LSAT Tips If English Is Your Second Language | Law Admissions

Welcome to the latest issue of Law Admissions Q&A, a feature that provides law school admissions advice to readers who send in enquiries. If you have a question about law school admissions, email us for a chance to be featured in an upcoming article.

Salvation. I am a legal immigrant from El Salvador. English is my second language. I graduated from college in the US, where I got good grades, but I struggled with the LSAT. Do you have any advice? RS

No one finds the LSAT easy. It’s fast-paced and grueling, designed so the average person can’t finish in time. Regardless of your language skills, the LSAT requires months of training.

Mastering the skills required to pass the LSAT requires focused and methodical practice, with enough time spent in careful examination of past mistakes to correct weaknesses one by one.

Beyond specific techniques, the test requires mental skills like maintaining confidence under pressure. Test anxiety can cause panic and self-doubt to flood your brain and inhibit your language skills. Non-native speakers may find it too easy to feel confused and overwhelmed.

While the LSAT requires strong English skills, it tests the more universal language of logical reasoning. The same argumentative techniques and logical loopholes exist whether you speak in English, Spanish or Tamil.

Nevertheless, each section of the test can pose different challenges to non-native speakers.

Logical reasoning

In English, there are few ways to say that something only happens if a certain condition is met. There are even fewer ways to say that one thing causes another.

Look for conditional reasoning and causal reasoning indicators. You can often answer a question correctly by recognizing these clues, even if you can’t decipher every word used.

Many logical reasoning questions are stuffed with superfluous information to confuse test takers. Don’t be put off by convoluted sentences with odd syntax or multiple clauses. Break sentences into smaller components, focusing on central parts of an argument, such as premises and conclusions.

Don’t be afraid to flag a question to come back to it later. Each LSAT question is weighted equally, so focus on the questions that are easiest for you.

Written comprehension

Passages in the reading comprehension section of the LSAT are designed to be confusing and intimidating. Avoid getting bogged down in the details. Dig into each passage to extract the author’s main point and supporting claims, as well as competing perspectives.

Reading comprehension passages may feature absurdly mysterious vocabulary. Passages related to science and technology often use terms that only a specialist would know.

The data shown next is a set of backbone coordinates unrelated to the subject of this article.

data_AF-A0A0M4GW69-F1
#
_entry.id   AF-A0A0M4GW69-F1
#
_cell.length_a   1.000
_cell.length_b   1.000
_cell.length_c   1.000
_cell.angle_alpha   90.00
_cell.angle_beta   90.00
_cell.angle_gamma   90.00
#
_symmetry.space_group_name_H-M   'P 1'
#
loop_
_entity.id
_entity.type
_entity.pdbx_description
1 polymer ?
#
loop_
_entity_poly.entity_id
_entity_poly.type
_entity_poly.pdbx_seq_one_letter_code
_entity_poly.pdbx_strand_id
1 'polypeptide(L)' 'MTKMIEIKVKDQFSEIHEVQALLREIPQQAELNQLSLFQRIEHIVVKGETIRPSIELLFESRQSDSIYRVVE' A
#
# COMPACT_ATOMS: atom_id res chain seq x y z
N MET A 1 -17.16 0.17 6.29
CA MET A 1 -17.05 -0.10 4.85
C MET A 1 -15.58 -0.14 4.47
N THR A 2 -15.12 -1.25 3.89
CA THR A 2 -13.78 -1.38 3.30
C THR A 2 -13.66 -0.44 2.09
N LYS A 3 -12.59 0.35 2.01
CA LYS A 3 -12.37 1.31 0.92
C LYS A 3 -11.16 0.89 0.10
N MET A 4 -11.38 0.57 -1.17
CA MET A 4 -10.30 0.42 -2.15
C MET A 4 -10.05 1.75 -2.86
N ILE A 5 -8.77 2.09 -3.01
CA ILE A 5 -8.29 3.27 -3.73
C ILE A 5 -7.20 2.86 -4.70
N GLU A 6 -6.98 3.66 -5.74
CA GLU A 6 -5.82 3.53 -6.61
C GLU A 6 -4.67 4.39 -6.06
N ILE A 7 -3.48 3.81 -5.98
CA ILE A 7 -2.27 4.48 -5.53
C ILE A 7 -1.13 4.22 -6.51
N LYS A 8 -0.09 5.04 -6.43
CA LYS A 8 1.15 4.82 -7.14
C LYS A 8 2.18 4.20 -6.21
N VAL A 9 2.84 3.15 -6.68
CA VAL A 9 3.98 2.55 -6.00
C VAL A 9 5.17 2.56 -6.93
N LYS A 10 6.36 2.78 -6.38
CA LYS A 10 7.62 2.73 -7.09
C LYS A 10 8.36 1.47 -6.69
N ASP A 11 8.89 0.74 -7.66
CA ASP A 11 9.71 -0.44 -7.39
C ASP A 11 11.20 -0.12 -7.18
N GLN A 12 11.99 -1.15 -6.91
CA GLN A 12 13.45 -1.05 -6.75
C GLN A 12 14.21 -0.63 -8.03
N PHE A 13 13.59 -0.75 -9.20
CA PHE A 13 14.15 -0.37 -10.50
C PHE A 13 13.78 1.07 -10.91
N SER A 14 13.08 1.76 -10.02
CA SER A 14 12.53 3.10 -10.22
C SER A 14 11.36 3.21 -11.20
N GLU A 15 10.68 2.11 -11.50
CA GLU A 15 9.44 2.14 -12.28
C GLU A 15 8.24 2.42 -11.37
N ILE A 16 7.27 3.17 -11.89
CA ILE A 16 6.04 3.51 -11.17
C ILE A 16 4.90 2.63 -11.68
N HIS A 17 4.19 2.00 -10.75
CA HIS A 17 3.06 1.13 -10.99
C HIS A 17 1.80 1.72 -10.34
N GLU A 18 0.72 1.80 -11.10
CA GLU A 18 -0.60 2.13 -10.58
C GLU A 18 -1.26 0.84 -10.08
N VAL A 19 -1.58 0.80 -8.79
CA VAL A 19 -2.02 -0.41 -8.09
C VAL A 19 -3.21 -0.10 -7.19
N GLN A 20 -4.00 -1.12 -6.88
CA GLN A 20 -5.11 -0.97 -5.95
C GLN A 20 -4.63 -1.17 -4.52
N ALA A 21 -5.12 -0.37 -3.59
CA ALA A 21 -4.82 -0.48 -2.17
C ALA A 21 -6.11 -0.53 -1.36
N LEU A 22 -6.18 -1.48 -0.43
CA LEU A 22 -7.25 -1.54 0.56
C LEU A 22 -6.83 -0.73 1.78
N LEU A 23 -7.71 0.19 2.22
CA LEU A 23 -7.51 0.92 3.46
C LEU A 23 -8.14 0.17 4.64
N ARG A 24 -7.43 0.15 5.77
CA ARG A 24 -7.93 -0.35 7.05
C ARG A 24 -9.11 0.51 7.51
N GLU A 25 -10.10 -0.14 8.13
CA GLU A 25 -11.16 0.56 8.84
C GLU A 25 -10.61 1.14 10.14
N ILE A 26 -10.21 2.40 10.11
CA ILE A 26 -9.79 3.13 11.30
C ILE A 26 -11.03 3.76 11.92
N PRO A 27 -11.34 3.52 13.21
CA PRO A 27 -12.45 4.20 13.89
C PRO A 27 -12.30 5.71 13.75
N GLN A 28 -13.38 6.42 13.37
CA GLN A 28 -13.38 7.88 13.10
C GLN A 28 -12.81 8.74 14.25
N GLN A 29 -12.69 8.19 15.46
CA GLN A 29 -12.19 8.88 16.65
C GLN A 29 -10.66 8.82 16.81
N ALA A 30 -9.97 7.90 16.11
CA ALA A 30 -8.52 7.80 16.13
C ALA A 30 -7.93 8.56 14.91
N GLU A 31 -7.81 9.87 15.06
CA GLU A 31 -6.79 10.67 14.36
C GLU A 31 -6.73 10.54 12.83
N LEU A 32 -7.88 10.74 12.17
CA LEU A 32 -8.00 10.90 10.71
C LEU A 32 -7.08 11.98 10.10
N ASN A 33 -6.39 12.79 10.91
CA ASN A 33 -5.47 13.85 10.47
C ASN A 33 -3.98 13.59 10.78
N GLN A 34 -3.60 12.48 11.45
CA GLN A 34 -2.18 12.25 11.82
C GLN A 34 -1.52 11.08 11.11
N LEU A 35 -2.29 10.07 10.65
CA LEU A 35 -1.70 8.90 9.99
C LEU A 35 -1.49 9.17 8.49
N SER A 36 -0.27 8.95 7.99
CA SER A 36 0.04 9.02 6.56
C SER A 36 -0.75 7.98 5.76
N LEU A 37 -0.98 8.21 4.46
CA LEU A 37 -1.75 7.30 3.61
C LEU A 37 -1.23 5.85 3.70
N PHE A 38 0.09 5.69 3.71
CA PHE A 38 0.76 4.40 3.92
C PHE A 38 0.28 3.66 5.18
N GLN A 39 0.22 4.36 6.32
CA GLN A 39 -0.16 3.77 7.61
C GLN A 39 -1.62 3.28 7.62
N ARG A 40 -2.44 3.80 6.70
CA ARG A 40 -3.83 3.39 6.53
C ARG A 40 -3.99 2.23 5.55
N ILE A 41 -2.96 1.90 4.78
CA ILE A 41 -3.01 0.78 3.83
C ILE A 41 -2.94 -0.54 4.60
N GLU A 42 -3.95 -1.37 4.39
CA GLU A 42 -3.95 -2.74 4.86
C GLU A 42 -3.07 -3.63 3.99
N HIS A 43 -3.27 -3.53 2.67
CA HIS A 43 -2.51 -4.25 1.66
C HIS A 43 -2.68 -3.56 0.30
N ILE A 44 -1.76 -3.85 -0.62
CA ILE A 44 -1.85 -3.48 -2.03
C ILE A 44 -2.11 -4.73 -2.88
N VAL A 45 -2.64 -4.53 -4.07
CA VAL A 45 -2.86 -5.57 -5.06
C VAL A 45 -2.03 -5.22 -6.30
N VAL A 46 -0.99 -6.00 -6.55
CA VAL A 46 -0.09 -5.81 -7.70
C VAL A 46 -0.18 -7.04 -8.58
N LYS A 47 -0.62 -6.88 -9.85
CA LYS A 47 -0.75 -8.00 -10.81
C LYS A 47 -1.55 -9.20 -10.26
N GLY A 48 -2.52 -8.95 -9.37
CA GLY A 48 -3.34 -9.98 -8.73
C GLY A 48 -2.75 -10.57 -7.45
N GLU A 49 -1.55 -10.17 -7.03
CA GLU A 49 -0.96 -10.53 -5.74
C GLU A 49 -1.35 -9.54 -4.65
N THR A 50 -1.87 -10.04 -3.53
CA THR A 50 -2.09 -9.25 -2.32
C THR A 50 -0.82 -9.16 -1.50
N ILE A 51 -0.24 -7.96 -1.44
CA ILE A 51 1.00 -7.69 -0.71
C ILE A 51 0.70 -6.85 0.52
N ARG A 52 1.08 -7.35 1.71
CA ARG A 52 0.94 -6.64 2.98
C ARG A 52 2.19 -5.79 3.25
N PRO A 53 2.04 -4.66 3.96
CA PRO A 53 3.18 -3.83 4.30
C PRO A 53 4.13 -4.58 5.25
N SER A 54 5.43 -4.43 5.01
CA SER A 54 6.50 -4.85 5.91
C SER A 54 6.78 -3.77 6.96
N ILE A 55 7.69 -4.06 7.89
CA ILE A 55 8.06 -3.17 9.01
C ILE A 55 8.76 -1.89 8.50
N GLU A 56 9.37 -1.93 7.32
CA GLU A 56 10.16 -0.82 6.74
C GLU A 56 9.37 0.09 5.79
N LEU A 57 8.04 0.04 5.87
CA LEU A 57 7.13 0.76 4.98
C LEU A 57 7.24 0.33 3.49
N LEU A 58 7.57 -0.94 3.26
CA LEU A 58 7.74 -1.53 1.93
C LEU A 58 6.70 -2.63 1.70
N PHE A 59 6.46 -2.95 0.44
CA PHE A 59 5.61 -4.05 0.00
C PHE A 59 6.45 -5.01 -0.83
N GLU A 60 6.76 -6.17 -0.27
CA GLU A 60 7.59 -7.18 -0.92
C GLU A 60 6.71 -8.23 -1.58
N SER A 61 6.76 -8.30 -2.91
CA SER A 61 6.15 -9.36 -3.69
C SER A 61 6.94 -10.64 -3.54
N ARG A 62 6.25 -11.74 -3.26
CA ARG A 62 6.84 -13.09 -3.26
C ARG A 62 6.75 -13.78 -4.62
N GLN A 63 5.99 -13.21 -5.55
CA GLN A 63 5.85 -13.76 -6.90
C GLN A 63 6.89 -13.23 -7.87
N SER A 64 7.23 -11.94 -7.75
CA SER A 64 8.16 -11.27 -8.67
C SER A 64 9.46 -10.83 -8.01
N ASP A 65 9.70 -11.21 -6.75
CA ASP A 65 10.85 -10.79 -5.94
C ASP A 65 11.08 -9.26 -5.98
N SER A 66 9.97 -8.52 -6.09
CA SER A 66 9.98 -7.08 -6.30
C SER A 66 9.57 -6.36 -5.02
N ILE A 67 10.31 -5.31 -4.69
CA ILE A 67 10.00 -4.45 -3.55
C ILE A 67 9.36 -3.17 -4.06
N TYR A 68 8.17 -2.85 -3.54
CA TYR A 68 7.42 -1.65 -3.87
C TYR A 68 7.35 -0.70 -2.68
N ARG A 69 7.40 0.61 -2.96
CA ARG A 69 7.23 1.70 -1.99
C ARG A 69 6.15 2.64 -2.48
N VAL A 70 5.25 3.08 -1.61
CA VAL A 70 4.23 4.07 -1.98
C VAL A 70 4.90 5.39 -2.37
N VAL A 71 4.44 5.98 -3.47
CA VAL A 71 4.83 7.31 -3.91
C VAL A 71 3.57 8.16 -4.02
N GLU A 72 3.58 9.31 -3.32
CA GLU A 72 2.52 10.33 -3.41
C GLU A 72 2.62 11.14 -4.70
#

If you don’t know how to pronounce a word, don’t take it personally. Mentally abbreviate the word with its initial and move on. The questions rarely require you to know the meaning of unusual words, and when they do, you can look for contextual clues to make an educated guess.

Logic games

Many non-native English speakers find the Analytical Reasoning section, made up of logic games, to be the easiest. The correct implementation of a logic game rarely depends on linguistic nuances. It is simply a skill acquired through practice.

If you feel less confident in your English skills, aim as high as possible in this section. A high score here can compensate for errors elsewhere.

Example of written expression

Writing a short essay on the fly can seem daunting to a non-native speaker. Don’t worry – the writing sample is ungraded and relatively unimportant.

Try to write a reasonable, grammatically correct and well-structured essay. However, law school admissions officers will focus more on your personal statement and other written materials to assess your communication skills.

Other options to consider

If the LSAT seems too inaccessible, try the GRE to see if it is a better match for your skills. Unlike the LSAT, the GRE tests quantitative and language skills, which some non-native speakers find easier to study.

There is also an LSAT in Spanish, offered once a year. However, it is only available to applicants in Puerto Rico and accepted only by the three ABA-accredited law schools. It is possible, though difficult, to qualify for the bar in a continental United States jurisdiction after attending law school in Puerto Rico.

Above all, remember that diversity of language, cultural heritage, and immigration status is valued by law schools. Taking on a tough challenge like the LSAT as a non-native English speaker is very impressive and should dispel any doubts about your English proficiency.

Comments are closed.